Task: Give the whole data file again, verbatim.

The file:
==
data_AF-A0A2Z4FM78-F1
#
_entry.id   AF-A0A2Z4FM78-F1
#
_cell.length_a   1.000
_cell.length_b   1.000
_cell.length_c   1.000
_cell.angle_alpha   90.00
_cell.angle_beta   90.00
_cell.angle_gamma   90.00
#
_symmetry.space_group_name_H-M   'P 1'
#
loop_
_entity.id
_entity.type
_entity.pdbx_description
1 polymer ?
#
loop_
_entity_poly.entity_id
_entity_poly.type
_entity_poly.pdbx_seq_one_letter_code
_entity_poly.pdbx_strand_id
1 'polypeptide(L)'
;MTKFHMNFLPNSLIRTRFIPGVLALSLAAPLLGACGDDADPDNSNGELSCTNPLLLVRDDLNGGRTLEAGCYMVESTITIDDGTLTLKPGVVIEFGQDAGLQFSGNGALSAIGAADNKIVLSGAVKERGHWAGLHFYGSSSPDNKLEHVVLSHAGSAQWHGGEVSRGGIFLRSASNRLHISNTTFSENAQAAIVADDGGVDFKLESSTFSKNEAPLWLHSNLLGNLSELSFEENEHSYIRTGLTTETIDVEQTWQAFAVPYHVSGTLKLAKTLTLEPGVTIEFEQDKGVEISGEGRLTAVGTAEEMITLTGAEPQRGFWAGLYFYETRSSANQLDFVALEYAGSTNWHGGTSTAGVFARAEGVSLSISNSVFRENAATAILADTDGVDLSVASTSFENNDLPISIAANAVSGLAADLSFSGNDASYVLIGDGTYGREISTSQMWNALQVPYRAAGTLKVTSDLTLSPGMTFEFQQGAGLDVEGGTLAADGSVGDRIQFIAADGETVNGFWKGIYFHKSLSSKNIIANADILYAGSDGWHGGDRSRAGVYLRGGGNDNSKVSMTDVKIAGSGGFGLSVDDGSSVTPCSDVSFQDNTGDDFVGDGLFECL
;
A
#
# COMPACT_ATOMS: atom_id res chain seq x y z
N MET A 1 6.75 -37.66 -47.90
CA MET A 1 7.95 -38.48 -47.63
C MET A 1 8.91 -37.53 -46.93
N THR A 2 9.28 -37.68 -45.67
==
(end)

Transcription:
data_AF-A0A2Z4FM78-F1
#
_entry.id   AF-A0A2Z4FM78-F1
#
_cell.length_a   1.000
_cell.length_b   1.000
_cell.length_c   1.000
_cell.angle_alpha   90.00
_cell.angle_beta   90.00
_cell.angle_gamma   90.00
#
_symmetry.space_group_name_H-M   'P 1'
#
loop_
_entity.id
_entity.type
_entity.pdbx_description
1 polymer ?
#
loop_
_entity_poly.entity_id
_entity_poly.type
_entity_poly.pdbx_seq_one_letter_code
_entity_poly.pdbx_strand_id
1 'polypeptide(L)'
;MTKFHMNFLPNSLIRTRFIPGVLALSLAAPLLGACGDDADPDNSNGELSCTNPLLLVRDDLNGGRTLEAGCYMVESTITIDDGTLTLKPGVVIEFGQDAGLQFSGNGALSAIGAADNKIVLSGAVKERGHWAGLHFYGSSSPDNKLEHVVLSHAGSAQWHGGEVSRGGIFLRSASNRLHISNTTFSENAQAAIVADDGGVDFKLESSTFSKNEAPLWLHSNLLGNLSELSFEENEHSYIRTGLTTETIDVEQTWQAFAVPYHVSGTLKLAKTLTLEPGVTIEFEQDKGVEISGEGRLTAVGTAEEMITLTGAEPQRGFWAGLYFYETRSSANQLDFVALEYAGSTNWHGGTSTAGVFARAEGVSLSISNSVFRENAATAILADTDGVDLSVASTSFENNDLPISIAANAVSGLAADLSFSGNDASYVLIGDGTYGREISTSQMWNALQVPYRAAGTLKVTSDLTLSPGMTFEFQQGAGLDVEGGTLAADGSVGDRIQFIAADGETVNGFWKGIYFHKSLSSKNIIANADILYAGSDGWHGGDRSRAGVYLRGGGNDNSKVSMTDVKIAGSGGFGLSVDDGSSVTPCSDVSFQDNTGDDFVGDGLFECL
;
A
#
# COMPACT_ATOMS: atom_id res chain seq x y z
N MET A 1 6.75 -37.66 -47.90
CA MET A 1 7.95 -38.48 -47.63
C MET A 1 8.91 -37.53 -46.93
N THR A 2 9.28 -37.68 -45.67